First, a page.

“The all-Republican lineup of elected officials at The Ridge Golf Course and Event Center in Auburn includes LaMalfa and McClintock, as well as state senators Jim Nielsen, Tom Berryhill, and Ted Gaines, and Assemblyman Kevin Kiley.

“Among those who bought $40 tickets to the event were Hilary Hodge, the executive director of Sierra Commons, a small business education center in Nevada City, and Nevada City Councilwoman Reinette Senum. Hodge said they wanted to question McClintock and LaMalfa about water policy.

“Last week, though, Hodge and several others received refunds and were told the event was sold out. The real reason, Hodge alleged, is that she and others are not ‘politically aligned’ with the speakers.

“’It’s an unfortunate exclusion because they are now having a conversation with themselves because they’ve excluded people with an outside perspective,’ she said.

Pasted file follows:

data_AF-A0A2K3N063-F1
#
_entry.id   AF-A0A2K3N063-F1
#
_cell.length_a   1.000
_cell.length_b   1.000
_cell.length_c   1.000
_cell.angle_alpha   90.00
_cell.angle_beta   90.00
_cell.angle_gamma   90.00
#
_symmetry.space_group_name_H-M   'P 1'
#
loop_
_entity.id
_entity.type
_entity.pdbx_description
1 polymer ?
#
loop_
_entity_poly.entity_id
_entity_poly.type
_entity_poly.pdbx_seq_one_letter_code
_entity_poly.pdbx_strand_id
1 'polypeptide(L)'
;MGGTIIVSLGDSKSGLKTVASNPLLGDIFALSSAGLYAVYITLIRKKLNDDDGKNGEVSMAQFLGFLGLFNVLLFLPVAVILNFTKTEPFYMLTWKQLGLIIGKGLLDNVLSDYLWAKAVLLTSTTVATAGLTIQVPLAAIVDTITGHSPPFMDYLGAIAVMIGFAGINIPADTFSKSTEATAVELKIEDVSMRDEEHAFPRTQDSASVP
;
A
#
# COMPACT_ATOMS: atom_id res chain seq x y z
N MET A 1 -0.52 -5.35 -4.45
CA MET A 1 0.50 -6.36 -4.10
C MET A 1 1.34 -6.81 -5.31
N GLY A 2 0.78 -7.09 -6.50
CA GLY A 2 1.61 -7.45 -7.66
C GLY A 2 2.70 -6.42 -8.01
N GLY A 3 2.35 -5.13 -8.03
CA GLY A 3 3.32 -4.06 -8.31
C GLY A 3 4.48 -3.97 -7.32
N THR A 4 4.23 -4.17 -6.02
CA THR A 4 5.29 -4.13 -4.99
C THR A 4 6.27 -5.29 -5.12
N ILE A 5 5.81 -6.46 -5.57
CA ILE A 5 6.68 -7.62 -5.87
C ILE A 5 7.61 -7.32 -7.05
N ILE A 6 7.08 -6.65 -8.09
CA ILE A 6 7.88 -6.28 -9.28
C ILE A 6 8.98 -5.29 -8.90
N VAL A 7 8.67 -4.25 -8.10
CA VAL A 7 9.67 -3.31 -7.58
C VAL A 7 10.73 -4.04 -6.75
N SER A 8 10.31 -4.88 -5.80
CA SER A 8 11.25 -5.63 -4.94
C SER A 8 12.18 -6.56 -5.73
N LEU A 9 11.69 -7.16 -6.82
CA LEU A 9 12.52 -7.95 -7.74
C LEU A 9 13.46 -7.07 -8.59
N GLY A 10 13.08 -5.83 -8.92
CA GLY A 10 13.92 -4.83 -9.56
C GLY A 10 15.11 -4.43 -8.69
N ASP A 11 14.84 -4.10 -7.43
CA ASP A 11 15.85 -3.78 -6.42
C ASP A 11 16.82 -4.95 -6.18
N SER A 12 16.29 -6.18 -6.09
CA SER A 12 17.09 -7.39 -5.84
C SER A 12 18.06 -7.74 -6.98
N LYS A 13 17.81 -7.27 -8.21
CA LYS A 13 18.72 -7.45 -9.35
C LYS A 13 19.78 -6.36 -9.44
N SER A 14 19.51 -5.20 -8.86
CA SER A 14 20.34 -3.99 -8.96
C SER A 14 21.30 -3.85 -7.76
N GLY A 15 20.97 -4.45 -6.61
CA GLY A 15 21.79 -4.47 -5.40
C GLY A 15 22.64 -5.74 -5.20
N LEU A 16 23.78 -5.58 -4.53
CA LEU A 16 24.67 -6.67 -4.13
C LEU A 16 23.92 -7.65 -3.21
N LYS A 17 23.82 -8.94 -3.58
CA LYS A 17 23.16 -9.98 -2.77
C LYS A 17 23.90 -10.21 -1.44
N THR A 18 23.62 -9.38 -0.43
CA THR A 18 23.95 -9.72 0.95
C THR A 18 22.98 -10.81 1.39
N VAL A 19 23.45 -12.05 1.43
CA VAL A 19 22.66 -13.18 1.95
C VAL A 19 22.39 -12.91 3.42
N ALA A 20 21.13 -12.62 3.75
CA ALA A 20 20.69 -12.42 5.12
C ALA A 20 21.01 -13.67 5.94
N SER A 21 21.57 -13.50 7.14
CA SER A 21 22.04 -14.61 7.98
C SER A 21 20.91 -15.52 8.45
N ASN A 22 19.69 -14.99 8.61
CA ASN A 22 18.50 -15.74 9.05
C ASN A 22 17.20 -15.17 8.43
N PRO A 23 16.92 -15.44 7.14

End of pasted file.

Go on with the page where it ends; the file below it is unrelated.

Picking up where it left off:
“But John Kingsbury, the association’s executive director, said he made the decision – free of political interference – to refund more than 20 non-member tickets after demand greatly exceeded that of past conferences. Some people, he added, view Friday’s event as a town hall, which it isn’t.

‘”Normally we don’t have anybody register,’ Kingsbury said. ‘I needed to make sure I had capacity for my dues paying members.'”

The rest of the article is here.

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McClintock gets an earful at Sierra Foothills town hall meeting

“California Rep. Tom McClintock showed up Tuesday and faced his constituents at a town hall meeting — something many of his fellow Republicans have declined to do during this week’s Congressional break,” as the San Francisco Chronicle is reporting.

“About 900 people filled the Mariposa Fairgrounds and Exposition Center to toss pointed questions at the five-term congressman. Such a large crowd was a sign of how the resistance to President Trump has crept into the California’s Republican hinterlands — even to Mariposa, population 2,173.

“McClintock, first elected to Congress in 2008, has done more than 100 town halls, and his Mariposa stops typically draw 60 to 80 people. On Tuesday, every metal chair was taken 45 minutes before the event started. While a few wore “Make America Great Again” caps, the majority didn’t appear to be supporters of the president. Many of them carried signs that read, “Answer the question!,” “Dump Tom McTrump!,” “Lies!,” and perhaps most telling, “Not usually a protester … but geez.”